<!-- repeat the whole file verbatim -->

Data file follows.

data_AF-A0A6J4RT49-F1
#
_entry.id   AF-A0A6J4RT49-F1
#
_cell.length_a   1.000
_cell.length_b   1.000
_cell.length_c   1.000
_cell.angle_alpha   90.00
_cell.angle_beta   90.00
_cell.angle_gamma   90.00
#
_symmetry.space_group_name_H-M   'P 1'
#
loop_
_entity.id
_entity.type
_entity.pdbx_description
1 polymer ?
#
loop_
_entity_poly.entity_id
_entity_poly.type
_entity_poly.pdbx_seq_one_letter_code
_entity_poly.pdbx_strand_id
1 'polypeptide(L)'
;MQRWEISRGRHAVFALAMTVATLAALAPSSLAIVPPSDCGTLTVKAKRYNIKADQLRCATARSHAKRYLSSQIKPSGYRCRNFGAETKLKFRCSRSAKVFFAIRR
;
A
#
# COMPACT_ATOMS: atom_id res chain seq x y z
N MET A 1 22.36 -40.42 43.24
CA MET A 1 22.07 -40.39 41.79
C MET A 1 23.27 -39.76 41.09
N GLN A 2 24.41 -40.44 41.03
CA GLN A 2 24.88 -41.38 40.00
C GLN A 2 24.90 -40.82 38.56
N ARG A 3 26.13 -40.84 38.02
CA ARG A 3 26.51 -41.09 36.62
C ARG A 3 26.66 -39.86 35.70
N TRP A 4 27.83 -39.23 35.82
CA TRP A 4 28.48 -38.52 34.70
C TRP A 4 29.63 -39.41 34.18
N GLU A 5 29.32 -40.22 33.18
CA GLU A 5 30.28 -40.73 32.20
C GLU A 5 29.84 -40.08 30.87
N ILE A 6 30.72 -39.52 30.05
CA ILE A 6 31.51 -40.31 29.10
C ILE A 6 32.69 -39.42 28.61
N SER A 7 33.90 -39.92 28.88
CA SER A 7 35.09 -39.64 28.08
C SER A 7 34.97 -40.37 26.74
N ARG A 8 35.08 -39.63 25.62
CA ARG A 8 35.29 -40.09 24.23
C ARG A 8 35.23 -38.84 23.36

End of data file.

data_AF-A0A6J4RT49-F1
#
_entry.id   AF-A0A6J4RT49-F1
#
_cell.length_a   1.000
_cell.length_b   1.000
_cell.length_c   1.000
_cell.angle_alpha   90.00
_cell.angle_beta   90.00
_cell.angle_gamma   90.00
#
_symmetry.space_group_name_H-M   'P 1'
#
loop_
_entity.id
_entity.type
_entity.pdbx_description
1 polymer ?
#
loop_
_entity_poly.entity_id
_entity_poly.type
_entity_poly.pdbx_seq_one_letter_code
_entity_poly.pdbx_strand_id
1 'polypeptide(L)'
;MQRWEISRGRHAVFALAMTVATLAALAPSSLAIVPPSDCGTLTVKAKRYNIKADQLRCATARSHAKRYLSSQIKPSGYRCRNFGAETKLKFRCSRSAKVFFAIRR
;
A
#
# COMPACT_ATOMS: atom_id res chain seq x y z
N MET A 1 22.36 -40.42 43.24
CA MET A 1 22.07 -40.39 41.79
C MET A 1 23.27 -39.76 41.09
N GLN A 2 24.41 -40.44 41.03
CA GLN A 2 24.88 -41.38 40.00
C GLN A 2 24.90 -40.82 38.56
N ARG A 3 26.13 -40.84 38.02
CA ARG A 3 26.51 -41.09 36.62
C ARG A 3 26.66 -39.86 35.70
N TRP A 4 27.83 -39.23 35.82
CA TRP A 4 28.48 -38.52 34.70
C TRP A 4 29.63 -39.41 34.18
N GLU A 5 29.32 -40.22 33.18
CA GLU A 5 30.28 -40.73 32.20
C GLU A 5 29.84 -40.08 30.87
N ILE A 6 30.72 -39.52 30.05
CA ILE A 6 31.51 -40.31 29.10
C ILE A 6 32.69 -39.42 28.61
N SER A 7 33.90 -39.92 28.88
CA SER A 7 35.09 -39.64 28.08
C SER A 7 34.97 -40.37 26.74
N ARG A 8 35.08 -39.63 25.62
CA ARG A 8 35.29 -40.09 24.23
C ARG A 8 35.23 -38.84 23.36